Place of Publication: Tullahassee Manual Labor School, Creek Nation, Wagoner County, Indian Territory (Oklahoma) (1870-1875)
Volume and Issue Data: The Creek Boys’ and Girls’ Monthly (Vol. 1, No. 1, Dec. 1870-Vol. 1, No. 5, April 27, 1871); Our Monthly (Vol. 2, No. 1, Jan. 1873-Vol. 4, No. 10, Oct. 1875); may have run as late as 1876
Size and Format: Two columns, published in both Creek and English languages
Editor/Publisher: William S. Robertson and Ann Augusta Robertson (1870-1875)
Title Changes and Continuation: The Creek Boys’ and Girls’ Monthly (1870-1871); Our Monthly (1873-1875?)
General Description and Notes:
The first volume (1870-1872) of the small, two-column monthly appeared only in manuscript. Later issues were printed on a hand press donated by Creek National Council.
The Rev. William S. Roberston, a Presbyterian missionary associated with the Tullahassee school since 1850, assisted by his daughter Ann Augusta, edited contributions mostly from Creek student exercises. The purpose of the paper was “the moral and intellectual improvement” of the students, and to “give the Creeks parts of the Bible and religious songs in their own language.” In addition to student work, the Robertsons solicited writings from any Creeks who were interested in the school or its publications. The monthly’s manuscript editions were received so well by the community that the Creek National Council provided funds to purchase a printing press and appropriated $100 annually to cover printing 1,000 copies per issue a year. Copies were distributed free in the Creek Nation. Our Monthly first appeared in print in Jan. 1873.
The paper was published in both Creek and English, with many issues almost entirely in Creek. Ann Eliza Robertson translated some articles, scripture passages and hymns into Creek while others were written by Creeks.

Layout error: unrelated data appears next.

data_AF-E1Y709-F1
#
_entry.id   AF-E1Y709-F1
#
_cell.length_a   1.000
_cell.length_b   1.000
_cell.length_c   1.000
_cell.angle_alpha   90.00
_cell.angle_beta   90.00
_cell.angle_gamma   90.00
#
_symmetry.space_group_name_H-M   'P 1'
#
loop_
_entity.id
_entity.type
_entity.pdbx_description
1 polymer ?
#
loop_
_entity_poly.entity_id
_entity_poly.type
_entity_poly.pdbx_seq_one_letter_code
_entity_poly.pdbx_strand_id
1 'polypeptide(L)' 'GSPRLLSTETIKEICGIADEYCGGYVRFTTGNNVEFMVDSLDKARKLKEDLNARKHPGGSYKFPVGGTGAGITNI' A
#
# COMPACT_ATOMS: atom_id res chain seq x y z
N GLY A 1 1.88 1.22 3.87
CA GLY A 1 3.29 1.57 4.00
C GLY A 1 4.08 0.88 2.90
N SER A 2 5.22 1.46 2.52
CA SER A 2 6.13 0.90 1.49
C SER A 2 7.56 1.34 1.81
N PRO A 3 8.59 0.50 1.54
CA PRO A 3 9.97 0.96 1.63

In addition to general news about the Creek nation and education matters, the paper also published political commentary. For example, an 1875 Creek letter called for the repeal of the Treaty of 1866, which gave railroads a claim to Indian land. Local advertising and local news also appeared.
Bibliography: Althea Bass, The Story of Tullahassee (Oklahoma City: Semco Color Press, 1960); Carolyn Thomas Foreman, Oklahoma Imprints, 1835-1907 (Norman: University of Oklahoma Press, 1936); James Constantine Pilling, Bibliography of the Muskhogean Languages (Washington, D.C.: Government Printing Office, 1889); James E. Murphy and Sharon M. Murphy, Let My People Know: American Indian Journalism, 1828-1978 (Norman: University, 1981), 59; David F. Littlefield, Jr. and James W. Parins, American Indian and Alaska Native Newspapers and Periodicals, 1826-1924 (Westport, Conn.: Greenwood Press, 1984), 293-296.
Locations: Danky and Hady; OkMu; OkTu; ULS